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Why Google Plans to Give Non-AMP Pages the Same Treatment as AMP Pages – Here’s Why #234

Eric Enge and Google's Ben Morss on Why Google Plans To Give Non Amp Pages The Same Treatment As Amp Pages

Implementing Google AMP can be a challenging task for many web developers. Great news! Google is working on a project that allows non-AMP pages to be treated like AMP Pages.

In this episode of the award-winning Here’s Why digital marketing video series, Ben Morss joins Eric Enge to give some insights on the work Google has been doing to help non-AMP pages get the same treatment as AMP Pages in Google SERP.

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Eric: Hey, everybody. Eric Enge here. Pleased to be here today with Google’s Ben Morss. He’s a developer advocate who works on AMP and PWAs and other things to make the web wonderfully fast and powerful. Thanks for joining us today, Ben.

Ben: Thanks for having me.
Eric: Absolutely. So, Ben, we’ve seen some posts out there suggesting that Google is working on ways to bring the benefits of AMP to web pages that aren’t coded in AMP. What’s up with that?
Ben: That’s weird, isn’t it? Yes, because AMP wants to preserve AMP being special. Actually, that really isn’t true. The folks that make AMP and that invented AMP don’t really think you have to use AMP to make things fast, it’s just easier to use AMP. So, they’ve thought all along that it’s actually better if any pages that follow AMP’s guidelines for speed, reliability, layout stability, and so on should get the same treatment in Google Search as AMP pages do. Plus, there are those who complain that AMP is a different version of the web, and AMP is maybe a thing they don’t want to use in some cases. It makes total sense. So, this has been worked on for quite a while. As you mentioned, there have been a couple of public posts about this. The first one was in March of 2018. So, as we’re filming this now, a year and nine months later, this has been ongoing for a little while. And the post was by Malte Ubl, the person who created AMP in the first place, the coder who really made it what it was. He said a couple of things. One is that they’re working on web standards, so ways to do things on the web that would allow things that were not AMP, the kinds of fast-loading experiences that AMP allows. And number two, hoping that this work would allow Google Search to apply special features like the AMP Carousel, the AMP Top Stories Carousel, to non-AMP pages as well, maybe more than that. That was all that it said. It was mysterious.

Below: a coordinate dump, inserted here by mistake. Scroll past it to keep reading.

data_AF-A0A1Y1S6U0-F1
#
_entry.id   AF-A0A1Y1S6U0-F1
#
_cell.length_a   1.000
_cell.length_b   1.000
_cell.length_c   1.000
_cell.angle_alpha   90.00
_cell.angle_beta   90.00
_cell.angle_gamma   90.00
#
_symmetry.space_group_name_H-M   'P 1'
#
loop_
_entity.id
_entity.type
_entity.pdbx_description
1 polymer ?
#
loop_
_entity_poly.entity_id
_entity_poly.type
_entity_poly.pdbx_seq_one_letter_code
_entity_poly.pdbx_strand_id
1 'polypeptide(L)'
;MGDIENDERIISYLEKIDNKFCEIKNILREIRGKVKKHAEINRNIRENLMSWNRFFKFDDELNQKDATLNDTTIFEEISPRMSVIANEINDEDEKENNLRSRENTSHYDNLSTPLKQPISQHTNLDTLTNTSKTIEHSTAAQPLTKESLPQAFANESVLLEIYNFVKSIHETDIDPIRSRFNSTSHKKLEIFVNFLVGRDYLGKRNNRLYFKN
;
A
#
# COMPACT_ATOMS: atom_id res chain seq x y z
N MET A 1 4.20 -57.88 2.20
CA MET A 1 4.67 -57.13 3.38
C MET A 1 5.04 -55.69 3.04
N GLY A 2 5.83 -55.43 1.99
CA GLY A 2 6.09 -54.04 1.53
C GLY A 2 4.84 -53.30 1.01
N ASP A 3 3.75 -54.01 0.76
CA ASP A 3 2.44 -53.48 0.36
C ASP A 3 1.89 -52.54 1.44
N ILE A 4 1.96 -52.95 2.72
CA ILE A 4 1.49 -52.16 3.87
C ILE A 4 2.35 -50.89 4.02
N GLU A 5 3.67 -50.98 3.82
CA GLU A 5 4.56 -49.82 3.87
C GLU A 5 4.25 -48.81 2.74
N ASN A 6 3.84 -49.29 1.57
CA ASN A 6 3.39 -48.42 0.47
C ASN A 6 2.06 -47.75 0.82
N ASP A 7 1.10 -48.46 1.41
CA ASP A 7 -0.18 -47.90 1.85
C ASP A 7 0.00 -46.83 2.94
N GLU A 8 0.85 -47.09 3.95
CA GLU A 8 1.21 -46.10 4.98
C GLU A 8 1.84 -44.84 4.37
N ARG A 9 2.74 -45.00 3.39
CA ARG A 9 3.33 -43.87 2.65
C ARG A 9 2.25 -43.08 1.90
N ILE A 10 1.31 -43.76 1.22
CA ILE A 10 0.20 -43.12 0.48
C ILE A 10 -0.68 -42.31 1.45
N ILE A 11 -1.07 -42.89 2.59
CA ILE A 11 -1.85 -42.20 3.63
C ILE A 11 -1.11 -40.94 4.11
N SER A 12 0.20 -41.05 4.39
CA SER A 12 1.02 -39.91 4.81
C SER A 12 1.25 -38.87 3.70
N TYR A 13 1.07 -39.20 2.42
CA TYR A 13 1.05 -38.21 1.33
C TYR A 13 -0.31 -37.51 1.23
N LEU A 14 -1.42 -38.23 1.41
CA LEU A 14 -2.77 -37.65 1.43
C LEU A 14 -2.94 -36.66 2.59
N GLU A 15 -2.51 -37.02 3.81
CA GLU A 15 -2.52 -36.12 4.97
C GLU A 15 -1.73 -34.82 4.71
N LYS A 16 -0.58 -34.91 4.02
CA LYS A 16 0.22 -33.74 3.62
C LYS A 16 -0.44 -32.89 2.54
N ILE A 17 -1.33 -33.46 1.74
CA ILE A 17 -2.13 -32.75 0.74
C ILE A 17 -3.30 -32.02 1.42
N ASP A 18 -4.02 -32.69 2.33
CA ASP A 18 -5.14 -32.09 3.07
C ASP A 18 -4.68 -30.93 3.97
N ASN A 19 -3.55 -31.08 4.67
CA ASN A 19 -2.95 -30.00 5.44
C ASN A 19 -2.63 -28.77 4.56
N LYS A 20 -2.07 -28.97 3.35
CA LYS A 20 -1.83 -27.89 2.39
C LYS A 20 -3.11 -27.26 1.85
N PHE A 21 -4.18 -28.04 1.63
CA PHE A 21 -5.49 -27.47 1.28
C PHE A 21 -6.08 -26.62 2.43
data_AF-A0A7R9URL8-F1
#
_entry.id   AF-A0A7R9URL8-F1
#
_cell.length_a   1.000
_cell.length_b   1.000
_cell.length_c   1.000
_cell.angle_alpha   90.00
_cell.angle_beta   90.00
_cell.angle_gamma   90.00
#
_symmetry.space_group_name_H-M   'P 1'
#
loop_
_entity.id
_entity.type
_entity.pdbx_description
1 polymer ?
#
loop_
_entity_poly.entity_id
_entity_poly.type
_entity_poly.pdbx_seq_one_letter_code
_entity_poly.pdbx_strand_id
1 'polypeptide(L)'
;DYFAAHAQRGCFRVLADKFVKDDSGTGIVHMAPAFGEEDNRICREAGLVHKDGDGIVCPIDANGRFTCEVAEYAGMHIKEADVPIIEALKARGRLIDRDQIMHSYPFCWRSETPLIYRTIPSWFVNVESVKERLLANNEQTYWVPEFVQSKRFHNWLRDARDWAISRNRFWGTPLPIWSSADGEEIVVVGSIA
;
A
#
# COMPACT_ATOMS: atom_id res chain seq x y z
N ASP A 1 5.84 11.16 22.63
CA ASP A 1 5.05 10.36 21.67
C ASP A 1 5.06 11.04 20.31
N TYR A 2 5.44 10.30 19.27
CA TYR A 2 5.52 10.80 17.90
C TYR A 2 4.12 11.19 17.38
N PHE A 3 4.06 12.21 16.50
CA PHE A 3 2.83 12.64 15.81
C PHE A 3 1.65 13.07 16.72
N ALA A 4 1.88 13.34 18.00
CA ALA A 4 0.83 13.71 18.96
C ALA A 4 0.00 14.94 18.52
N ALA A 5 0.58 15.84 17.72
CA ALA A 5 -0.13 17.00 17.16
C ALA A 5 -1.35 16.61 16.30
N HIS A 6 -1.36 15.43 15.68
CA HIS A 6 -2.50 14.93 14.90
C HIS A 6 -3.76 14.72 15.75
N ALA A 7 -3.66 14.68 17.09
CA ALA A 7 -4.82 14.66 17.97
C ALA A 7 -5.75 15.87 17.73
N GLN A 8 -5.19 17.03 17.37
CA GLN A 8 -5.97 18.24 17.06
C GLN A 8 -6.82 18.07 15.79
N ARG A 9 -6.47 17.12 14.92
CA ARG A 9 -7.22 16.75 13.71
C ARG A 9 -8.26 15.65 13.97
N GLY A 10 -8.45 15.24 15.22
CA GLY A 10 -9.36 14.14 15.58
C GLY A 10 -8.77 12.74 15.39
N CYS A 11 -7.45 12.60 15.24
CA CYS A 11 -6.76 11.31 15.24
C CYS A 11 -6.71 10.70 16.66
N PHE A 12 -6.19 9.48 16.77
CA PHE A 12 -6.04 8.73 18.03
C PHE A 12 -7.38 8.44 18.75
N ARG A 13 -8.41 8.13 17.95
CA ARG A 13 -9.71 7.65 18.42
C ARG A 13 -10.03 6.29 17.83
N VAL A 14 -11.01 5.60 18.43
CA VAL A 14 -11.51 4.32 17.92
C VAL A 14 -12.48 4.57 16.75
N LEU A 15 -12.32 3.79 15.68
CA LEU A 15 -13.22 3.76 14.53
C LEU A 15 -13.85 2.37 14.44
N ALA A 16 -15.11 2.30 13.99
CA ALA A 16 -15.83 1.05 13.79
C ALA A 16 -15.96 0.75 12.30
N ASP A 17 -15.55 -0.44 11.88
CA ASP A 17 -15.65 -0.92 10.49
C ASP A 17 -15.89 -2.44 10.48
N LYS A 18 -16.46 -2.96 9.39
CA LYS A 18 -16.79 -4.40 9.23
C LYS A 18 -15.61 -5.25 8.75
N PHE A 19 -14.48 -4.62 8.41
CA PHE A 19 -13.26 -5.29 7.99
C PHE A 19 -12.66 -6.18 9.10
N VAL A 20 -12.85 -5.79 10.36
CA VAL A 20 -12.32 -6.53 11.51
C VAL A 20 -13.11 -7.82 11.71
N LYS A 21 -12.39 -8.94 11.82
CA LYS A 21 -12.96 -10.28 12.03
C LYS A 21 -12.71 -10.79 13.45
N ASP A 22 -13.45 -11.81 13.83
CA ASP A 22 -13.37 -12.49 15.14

Eric: So, what’s interesting about that, and I know you probably can’t comment, but it suggests to me that one of the big payoffs is that those pages would be able to get into Google cache.

Ben: I can just say that people here do think that there are various ways to make it a fast page. I found in my work with various companies that it’s hard to do it, it’s hard to make a fast page because people lack the discipline to do it. Someone will add more JavaScript to the page, add more large images. AMP makes it easier to not fall into these traps, but AMP can also be restrictive too. So, if you don’t have to use AMP at all and it’s an option, it seems a lot nicer than having to use AMP to get these special Google Search features.